AllHipHop.com Features, MOBILE  

EXCLUSIVE: Deniro Farrar Says, “This Music Ain’t Hip-Hop. I’m Rap.”

D Farrar

Leading a cultish existence, Deniro Farrar, transforms his thoughts into art. Never hesitating to spit legitimate lyrics, Farrar’s, growing musical family appreciates the unfaltering depth of an expanding perspective. A message, which originated in North Carolina, continues to resonate with a growing global audience. The MC’s natural gift, organic showmanship, and pure humanity helped to garner a recording deal from Warner Brothers and VICE records. The platform has been elevated; these are his words:

AllHipHop.com: On “Feel This” you say, “…I put my life in these beats so I live in these songs…” According to Qushawn Farrar, what is Hip-Hop, and ideally what would you like it to be?

Deniro Farrar: [chuckles] With the state that Hip-Hop is in right now—I wouldn’t even call it Hip-Hop. I feel like we’re living in a time where it’s no longer Hip-Hop. It’s transitioning to something totally different. There’s transition; some are for the better some are for the worse. It’s just transitioning with the times. I feel like things get better and things get worse. Now the whips are much cooler, but they’re not really made out of sh*t. There’s a positive and a negative to everything. I mean, it is what it is, you know what I’m saying.

I would like to be Rap. When you look up the word Rap in the dictionary you see a picture of me. It says, ‘Deniro Farrar: is Rap.’ To be honest, I would like to see it get back to the essence from which it came from. And that’s real music, you know, definitely.

AllHipHop.com: In your opinion, there’s a difference between the art and the culture?

Deniro Farrar: Yes, it’s totally different. There’s a difference between the art and the culture. The culture is just like transitioning with the times. The art is when people actually take their time to perfect something and not just give you anything. Technically, the culture of Rap music isn’t art. In a sense, getting a tattoo is part of our culture. It’s when people’s body tell a story trough their tattoos—that’s art. There’s a difference.

AllHipHop.com: How is the significance of the array of your life’s different situations propelling your art and your business decisions?

Deniro Farrar: I’m keeping good people around me—positive people—people who have been blessed.

AllHipHop.com: Has your circle changed since you’ve got on?

Deniro Farrar: I don’t got no new friends. You know what I’m saying, my last new friend is Annie [his current publicist]. No more new people are slipping through the cracks. Basically, I just structure the business the way it needs to be structured. There’s no nonsense; all the people are positive. From day one, they’ve been blessed. They’re just human. They’re not like other people; we’re just human.

AllHipHop.com: Given that your investment into your art has earned you both personal and professional success, how are you using this accomplishment to help empower those around you?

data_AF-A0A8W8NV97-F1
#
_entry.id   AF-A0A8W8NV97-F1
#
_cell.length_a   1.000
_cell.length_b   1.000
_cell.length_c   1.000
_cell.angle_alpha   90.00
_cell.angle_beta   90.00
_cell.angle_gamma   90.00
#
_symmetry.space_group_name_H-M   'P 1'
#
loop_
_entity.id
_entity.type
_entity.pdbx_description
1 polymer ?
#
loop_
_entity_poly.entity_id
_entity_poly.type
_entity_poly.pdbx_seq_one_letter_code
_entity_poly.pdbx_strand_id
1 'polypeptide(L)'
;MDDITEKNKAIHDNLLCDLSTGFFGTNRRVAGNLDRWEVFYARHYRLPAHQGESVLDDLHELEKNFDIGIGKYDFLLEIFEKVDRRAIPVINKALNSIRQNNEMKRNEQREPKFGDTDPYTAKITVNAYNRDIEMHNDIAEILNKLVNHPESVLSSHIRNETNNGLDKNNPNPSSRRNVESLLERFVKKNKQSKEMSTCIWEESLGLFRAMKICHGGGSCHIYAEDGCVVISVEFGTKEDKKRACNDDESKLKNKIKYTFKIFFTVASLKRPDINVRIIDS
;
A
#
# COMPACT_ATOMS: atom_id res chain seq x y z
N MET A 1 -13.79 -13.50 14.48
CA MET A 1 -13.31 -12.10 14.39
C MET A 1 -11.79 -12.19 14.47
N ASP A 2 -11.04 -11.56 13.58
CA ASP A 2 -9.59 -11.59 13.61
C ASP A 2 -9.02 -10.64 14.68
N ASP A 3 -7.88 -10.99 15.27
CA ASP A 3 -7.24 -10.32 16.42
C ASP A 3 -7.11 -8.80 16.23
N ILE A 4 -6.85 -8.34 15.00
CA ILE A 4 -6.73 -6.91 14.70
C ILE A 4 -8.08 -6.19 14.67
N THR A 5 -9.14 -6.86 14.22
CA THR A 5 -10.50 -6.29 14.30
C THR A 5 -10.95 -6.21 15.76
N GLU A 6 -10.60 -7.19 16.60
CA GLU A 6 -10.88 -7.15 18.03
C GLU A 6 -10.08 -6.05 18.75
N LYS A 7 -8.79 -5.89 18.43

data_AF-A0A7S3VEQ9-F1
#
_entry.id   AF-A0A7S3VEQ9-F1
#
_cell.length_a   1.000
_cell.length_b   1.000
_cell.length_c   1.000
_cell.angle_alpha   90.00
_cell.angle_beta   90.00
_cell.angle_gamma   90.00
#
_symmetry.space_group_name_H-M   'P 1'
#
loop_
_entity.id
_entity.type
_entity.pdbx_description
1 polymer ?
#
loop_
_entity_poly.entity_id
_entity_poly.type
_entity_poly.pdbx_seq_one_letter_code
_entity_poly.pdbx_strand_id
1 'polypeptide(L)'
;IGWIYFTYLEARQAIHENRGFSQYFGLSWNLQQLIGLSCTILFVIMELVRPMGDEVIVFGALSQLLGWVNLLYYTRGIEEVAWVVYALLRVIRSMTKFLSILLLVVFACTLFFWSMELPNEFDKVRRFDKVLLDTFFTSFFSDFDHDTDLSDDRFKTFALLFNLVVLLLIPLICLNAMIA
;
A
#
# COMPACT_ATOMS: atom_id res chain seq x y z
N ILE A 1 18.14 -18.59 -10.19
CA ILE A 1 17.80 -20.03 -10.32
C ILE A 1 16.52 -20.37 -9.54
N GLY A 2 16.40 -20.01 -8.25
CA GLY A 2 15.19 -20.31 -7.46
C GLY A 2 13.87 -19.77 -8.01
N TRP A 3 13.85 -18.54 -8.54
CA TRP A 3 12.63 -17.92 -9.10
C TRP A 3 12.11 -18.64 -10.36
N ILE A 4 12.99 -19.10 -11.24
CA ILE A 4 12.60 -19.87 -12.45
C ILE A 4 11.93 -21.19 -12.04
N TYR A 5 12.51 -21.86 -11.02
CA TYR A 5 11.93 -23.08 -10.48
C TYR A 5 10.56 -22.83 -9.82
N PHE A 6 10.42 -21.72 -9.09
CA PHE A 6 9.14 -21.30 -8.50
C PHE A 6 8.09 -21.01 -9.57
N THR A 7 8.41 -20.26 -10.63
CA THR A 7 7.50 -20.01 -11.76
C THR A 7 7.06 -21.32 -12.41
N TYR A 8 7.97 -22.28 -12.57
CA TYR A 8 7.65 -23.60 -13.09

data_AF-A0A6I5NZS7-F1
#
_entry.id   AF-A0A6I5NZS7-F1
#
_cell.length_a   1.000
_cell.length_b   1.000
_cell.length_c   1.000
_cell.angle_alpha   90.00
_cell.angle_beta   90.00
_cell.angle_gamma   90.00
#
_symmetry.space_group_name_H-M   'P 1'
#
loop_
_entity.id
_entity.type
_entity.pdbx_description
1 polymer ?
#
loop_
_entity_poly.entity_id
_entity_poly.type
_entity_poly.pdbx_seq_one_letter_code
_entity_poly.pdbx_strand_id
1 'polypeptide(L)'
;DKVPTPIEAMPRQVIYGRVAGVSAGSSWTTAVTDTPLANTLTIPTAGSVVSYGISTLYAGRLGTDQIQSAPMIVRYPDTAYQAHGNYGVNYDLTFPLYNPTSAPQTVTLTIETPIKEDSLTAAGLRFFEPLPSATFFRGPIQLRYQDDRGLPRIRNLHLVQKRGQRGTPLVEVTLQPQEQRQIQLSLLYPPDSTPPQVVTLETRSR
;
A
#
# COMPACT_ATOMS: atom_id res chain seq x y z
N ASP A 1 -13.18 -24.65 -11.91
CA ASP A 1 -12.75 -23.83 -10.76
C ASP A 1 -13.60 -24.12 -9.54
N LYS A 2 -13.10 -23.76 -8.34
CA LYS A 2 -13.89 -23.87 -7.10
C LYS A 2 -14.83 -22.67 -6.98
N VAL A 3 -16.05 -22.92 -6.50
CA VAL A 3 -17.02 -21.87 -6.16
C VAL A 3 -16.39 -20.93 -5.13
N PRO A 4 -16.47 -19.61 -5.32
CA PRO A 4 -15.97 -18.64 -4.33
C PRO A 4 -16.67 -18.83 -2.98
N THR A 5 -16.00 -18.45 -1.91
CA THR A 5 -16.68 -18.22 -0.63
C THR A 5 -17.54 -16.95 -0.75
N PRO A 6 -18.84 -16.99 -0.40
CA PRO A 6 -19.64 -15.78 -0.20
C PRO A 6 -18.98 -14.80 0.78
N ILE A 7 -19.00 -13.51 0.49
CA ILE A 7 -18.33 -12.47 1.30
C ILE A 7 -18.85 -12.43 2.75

Deniro Farrar: Technically, at this point, I wouldn’t consider myself successful. In some people’s eyes I am, but I have such a long way to go. I feel like this is just the beginning. If anything I’m in the beginning stages of the success. You know, it inspires people around me. All the time, I get text messages from the people who came from the same struggle that I come from. To see me in New York doing a show like such—it gives people inspiration. It makes them feel like anything could happen. It’s a good feeling.

AllHipHop.com: If the first two verses of DESTINY.altered encapsulate your life’s story; how long did it take you to write it; what will the next project possess to further allow your supporters access into your world?

Deniro Farrar: Um, to be honest, I can’t even tell you what creative space I was in when I wrote that song. I don’t want to lie about it. The creative process and the writing process is different. A lot of songs, every word will come to me right then and there. Some songs takes days to write. I can’t say, that was so long ago. I don’t even know what creative space I was in at the time. When I write music I’m always in a different space. I can’t really pinpoint what space I was in more.

AllHipHop.com: What will your next project possess that will grant your supporters more access to you?

Deniro Farrar: Um, It will possess more me—just exposed in my insecurities and my vulnerabilities. I’m just going with my life story. That’s all I do on tracks anyway. It will get more in-depth into my life with the things that I’ve experienced since dropping [The] Patriarch II. It will go into my life with the deal and the signing [to VICE and Warner Bros. records] and my two sons, of course. My brother is still fighting his pending case. You know, coming up to New York and doing all these shows—getting all these good looks—it’s all going to be in the new project.

AllHipHop.com: How do you draw that boundary between your professional life and personal life?

Deniro Farrar: I want my story to be shared with the world. So, nothing is too personal for the world to know. I’m a human, you know what I’m saying, I’m blessed.

AllHipHop.com: Until the next time, what would you like to share with AllHipHop.com?

Deniro Farrar: I just want everybody to stay blessed. I want them to know that they’ve been blessed since birth. Follow the whole cult-Rap movement. It’s a real movement. I’m bringing real Rap back!

blog comments powered by Disqus

AllHipHop Archives of Culture

Copyright © 1998 to Infinity, AllHipHop.com, Inc. All rights reserved. Reproduction in whole or in part without permission is prohibited. Powered by WordPress.com VIP

AllHipHop.com Today